When Madeline Gangnes woke up to a push notification Saturday morning on her smartphone, her heart sank.
News that the Republican Party-led tax bill passed in the U.S. Senate 51-40 just before 2 a.m. Saturday left Gangnes, a 31-year-old UF English doctoral candidate, in a whirlwind of uncertainty, mulling over how she’d be able to make ends meet under the new tax policy.
“My stomach dropped, basically. I almost had a panic attack,” she said. “Pretty much all of us were freaking out today.”
Doctoral students like Gangnes take issue with the House’s version of the Senate bill from Nov. 16, which would have their tuition waivers be considered taxable income. Graduate students who teach or perform research for their university often have their tuition waived by the federal government, a tax break about 145,000 students across the U.S. rely on, according to NPR.
For Gangnes, the new policy would mean instead of being taxed on her $20,000 annual stipend — equivalent to $9.62 an hour — she would instead be taxed as if she makes $30,700.
The House and Senate now have to reconcile their two separate bills before submitting a final version to President Donald Trump’s desk, although only the House bill calls for taxing tuition waivers, according to The New York Times.
If the House bill provision passes, Gangnes said students from low- and middle-income families would have to reconsider graduate school altogether, tanking higher education participation nationwide. She said she fears senators won’t fight against the House bill if push comes to shove.
“It’s definitely this feeling like we’ve been sold a bill of goods, we were told we’d have this system in place for us to pursue this career that we love,” she said. “Now someone’s pulling out the rug from underneath.”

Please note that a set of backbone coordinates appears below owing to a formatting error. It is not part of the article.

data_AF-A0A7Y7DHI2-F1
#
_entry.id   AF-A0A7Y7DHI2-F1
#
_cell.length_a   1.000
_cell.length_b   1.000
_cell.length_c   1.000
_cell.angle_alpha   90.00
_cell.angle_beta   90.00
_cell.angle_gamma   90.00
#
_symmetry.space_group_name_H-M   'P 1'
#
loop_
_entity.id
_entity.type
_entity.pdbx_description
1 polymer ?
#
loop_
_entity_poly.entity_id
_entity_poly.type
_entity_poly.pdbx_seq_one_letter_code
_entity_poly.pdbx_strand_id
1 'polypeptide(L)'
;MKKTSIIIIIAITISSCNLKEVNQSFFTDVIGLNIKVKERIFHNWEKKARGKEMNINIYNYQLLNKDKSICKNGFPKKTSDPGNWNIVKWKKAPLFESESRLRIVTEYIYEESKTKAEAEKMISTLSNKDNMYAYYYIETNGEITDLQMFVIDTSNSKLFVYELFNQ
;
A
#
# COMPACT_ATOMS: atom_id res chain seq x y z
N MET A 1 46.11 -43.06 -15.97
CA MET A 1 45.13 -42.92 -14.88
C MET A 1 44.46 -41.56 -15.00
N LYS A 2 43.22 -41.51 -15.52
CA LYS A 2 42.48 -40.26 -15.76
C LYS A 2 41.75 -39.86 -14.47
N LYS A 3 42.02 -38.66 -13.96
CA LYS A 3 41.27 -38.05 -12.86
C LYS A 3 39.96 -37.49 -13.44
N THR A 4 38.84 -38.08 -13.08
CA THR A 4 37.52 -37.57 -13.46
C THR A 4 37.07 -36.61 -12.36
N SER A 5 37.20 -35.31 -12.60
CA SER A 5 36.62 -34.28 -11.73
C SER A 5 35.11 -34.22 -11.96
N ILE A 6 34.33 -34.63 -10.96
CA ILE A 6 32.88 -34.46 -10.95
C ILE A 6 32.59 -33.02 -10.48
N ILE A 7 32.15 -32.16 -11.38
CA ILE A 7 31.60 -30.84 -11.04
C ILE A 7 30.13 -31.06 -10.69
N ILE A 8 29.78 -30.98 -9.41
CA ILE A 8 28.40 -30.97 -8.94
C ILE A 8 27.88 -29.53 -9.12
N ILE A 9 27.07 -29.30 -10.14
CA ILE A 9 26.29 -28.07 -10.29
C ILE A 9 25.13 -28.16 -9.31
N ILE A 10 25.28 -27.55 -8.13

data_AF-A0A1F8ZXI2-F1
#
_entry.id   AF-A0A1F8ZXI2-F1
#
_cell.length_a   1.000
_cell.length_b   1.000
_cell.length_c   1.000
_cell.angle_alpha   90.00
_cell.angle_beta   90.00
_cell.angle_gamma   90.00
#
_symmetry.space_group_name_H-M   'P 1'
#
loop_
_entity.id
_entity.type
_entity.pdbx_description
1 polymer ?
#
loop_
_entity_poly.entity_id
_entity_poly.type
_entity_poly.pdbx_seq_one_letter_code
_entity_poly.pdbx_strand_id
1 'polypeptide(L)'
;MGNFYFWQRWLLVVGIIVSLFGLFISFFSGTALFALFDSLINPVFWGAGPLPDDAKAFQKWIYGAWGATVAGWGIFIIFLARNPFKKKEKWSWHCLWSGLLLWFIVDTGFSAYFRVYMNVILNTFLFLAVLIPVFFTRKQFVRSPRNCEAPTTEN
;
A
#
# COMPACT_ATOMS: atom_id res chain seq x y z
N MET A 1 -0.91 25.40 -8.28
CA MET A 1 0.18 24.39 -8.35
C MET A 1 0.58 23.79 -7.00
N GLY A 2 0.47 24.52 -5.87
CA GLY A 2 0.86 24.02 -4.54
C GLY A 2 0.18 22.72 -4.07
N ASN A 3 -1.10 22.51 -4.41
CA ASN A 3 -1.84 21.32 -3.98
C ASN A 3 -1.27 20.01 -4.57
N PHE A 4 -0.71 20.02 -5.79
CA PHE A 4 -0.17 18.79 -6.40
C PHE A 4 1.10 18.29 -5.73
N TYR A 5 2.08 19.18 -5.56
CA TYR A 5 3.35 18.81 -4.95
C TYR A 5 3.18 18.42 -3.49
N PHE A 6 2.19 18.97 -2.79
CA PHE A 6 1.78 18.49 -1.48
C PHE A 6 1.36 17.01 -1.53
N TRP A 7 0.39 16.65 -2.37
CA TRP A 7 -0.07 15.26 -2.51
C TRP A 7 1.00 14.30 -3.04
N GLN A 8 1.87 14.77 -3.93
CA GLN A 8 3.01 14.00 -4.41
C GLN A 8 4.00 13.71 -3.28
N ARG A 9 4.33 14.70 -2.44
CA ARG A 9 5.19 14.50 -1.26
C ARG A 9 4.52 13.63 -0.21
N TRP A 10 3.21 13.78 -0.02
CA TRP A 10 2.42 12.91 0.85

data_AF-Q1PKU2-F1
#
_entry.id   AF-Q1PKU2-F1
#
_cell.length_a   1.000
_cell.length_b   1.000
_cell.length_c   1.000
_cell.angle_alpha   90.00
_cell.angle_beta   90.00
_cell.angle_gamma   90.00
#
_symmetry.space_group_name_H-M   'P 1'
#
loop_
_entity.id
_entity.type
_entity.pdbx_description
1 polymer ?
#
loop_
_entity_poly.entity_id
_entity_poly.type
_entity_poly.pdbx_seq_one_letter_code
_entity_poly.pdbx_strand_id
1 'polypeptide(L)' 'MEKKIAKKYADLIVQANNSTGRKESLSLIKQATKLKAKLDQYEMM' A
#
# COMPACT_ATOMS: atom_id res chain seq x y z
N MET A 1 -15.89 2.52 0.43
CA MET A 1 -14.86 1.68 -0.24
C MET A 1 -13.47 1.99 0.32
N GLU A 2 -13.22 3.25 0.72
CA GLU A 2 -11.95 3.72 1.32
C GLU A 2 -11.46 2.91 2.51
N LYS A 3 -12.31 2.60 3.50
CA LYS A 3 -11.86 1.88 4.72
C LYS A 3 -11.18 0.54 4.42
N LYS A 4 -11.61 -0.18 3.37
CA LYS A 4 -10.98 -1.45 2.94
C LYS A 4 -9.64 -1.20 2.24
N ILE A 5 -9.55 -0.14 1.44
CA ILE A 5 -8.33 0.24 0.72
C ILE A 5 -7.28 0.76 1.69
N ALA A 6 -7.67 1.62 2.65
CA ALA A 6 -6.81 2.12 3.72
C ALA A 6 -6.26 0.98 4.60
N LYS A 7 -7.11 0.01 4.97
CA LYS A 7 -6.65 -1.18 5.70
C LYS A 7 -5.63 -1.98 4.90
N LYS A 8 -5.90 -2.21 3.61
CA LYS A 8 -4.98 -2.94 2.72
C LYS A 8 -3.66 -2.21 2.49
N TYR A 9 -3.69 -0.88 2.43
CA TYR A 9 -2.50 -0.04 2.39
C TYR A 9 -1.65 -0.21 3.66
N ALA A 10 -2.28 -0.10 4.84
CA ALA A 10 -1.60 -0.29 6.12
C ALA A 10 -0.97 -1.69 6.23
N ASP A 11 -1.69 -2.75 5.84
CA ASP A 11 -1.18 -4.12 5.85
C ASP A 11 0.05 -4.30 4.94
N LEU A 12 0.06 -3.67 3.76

Gainesville Mayor Lauren Poe said the bill would be an affront to local communities, given its proposed corporate tax rate cuts and the $1.4 trillion deficit the Congressional Budget Office estimated the bill would add over the next 10 years.
Poe said he thinks it’s unprofessional how senators pushed for a vote in the middle of the night.
“I probably know as much about that bill as the senators who voted for it, which isn’t a good thing,” he said. “It’s definitely not good for our community.”
Amid student fears, the UF Graduate Assistants United union, which represents about 4,000 teaching and research assistants, is considering how to move forward. GAU spokesperson Josh Papacek said he feels UF should speak out against the bill.
“I think it would have been reassuring to the graduate students that the university is behind them on this issue,” Papacek said. “Should it pass, (GAU) should be working with the university to come up with solutions to this.”
UF has been working with nonprofits like the Association of American Universities to lobby on Capitol Hill with its concerns of taxing tuition waivers, UF spokesperson Janine Sikes said.
UF President Kent Fuchs also wrote to Florida Sens. Marco Rubio and Bill Nelson ahead of the Senate’s vote, speaking out against the bill’s effect on students, and thereby universities, Sikes said.
“We still have to wait on the reconciliation between the House and the Senate bills,” Sikes said. “We’re doing what we can behind the scenes to get some changes.”
In the meantime, Papacek said many graduate students will have to grapple with whether they can continue in their programs.
“It’s going to be difficult for a lot of people, there’s already a lot of grad students that are living paycheck to paycheck,” Papacek said. “Even $1,000 more in their tax budget is going to cause grad students to make some difficult decisions as to whether they can still even be in school.”